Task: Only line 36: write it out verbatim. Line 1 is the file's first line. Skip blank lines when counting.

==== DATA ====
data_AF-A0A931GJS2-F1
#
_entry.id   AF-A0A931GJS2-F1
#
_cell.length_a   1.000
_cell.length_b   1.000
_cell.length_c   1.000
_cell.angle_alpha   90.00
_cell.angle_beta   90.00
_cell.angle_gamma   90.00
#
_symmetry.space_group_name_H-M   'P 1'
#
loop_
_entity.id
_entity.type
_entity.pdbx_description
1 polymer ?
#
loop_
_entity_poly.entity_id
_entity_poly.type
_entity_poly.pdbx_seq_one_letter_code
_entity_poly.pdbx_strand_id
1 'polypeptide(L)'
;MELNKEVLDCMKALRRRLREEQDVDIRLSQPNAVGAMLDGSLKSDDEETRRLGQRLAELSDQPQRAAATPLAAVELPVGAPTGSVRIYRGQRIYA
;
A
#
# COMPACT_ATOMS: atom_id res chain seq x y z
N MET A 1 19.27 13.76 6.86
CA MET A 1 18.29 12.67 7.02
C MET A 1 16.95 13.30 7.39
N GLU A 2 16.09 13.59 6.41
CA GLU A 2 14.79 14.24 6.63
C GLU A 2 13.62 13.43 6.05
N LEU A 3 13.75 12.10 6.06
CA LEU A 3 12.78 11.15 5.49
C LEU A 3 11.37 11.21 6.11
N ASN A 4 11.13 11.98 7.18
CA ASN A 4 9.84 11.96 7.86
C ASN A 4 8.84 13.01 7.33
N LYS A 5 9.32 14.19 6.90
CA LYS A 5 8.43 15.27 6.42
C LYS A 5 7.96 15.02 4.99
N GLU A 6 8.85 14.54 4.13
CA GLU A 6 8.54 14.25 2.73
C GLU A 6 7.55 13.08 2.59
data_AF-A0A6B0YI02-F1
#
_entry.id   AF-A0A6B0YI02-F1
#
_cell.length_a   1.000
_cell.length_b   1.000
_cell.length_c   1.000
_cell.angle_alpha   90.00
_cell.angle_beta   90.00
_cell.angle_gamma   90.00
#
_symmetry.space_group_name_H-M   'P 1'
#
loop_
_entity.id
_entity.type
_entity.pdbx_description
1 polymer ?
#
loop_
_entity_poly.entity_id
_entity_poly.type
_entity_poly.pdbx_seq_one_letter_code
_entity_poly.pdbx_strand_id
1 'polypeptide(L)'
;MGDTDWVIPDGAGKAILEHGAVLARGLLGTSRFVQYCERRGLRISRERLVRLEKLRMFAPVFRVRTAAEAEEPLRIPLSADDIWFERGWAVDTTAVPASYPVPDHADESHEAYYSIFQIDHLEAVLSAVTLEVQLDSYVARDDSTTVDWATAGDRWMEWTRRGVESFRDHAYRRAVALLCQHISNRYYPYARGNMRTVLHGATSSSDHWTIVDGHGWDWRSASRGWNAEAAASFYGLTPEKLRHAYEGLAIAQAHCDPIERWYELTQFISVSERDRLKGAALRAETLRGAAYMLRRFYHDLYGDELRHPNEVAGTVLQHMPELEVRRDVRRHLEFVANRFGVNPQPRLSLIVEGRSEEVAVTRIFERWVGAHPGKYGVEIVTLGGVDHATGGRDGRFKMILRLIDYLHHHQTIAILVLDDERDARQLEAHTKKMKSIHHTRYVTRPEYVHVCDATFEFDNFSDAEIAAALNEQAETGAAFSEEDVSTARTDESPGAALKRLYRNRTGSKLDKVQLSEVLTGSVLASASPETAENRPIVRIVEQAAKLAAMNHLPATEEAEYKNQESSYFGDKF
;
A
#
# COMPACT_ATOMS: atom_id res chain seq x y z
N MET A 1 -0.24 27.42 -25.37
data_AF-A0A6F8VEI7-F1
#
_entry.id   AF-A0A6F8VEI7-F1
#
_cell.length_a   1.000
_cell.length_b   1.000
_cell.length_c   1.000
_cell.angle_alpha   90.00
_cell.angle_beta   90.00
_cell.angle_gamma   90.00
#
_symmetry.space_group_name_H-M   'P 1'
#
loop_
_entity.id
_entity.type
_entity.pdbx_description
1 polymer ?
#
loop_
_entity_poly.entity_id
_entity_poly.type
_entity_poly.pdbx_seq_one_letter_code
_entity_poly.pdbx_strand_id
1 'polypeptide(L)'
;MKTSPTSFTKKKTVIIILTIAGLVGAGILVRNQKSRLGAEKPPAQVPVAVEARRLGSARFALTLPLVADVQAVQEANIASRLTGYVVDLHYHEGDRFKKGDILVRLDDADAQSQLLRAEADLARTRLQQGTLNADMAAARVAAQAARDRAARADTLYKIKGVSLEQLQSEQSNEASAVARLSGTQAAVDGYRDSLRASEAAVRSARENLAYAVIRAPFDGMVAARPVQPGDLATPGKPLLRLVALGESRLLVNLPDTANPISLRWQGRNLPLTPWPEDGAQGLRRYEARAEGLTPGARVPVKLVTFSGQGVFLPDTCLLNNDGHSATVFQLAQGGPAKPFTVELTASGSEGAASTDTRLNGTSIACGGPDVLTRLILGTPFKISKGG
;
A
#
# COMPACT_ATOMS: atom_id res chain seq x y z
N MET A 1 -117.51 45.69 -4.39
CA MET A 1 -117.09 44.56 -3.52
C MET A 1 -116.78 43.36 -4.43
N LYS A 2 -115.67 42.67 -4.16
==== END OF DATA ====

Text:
C GLU A 2 13.62 13.43 6.05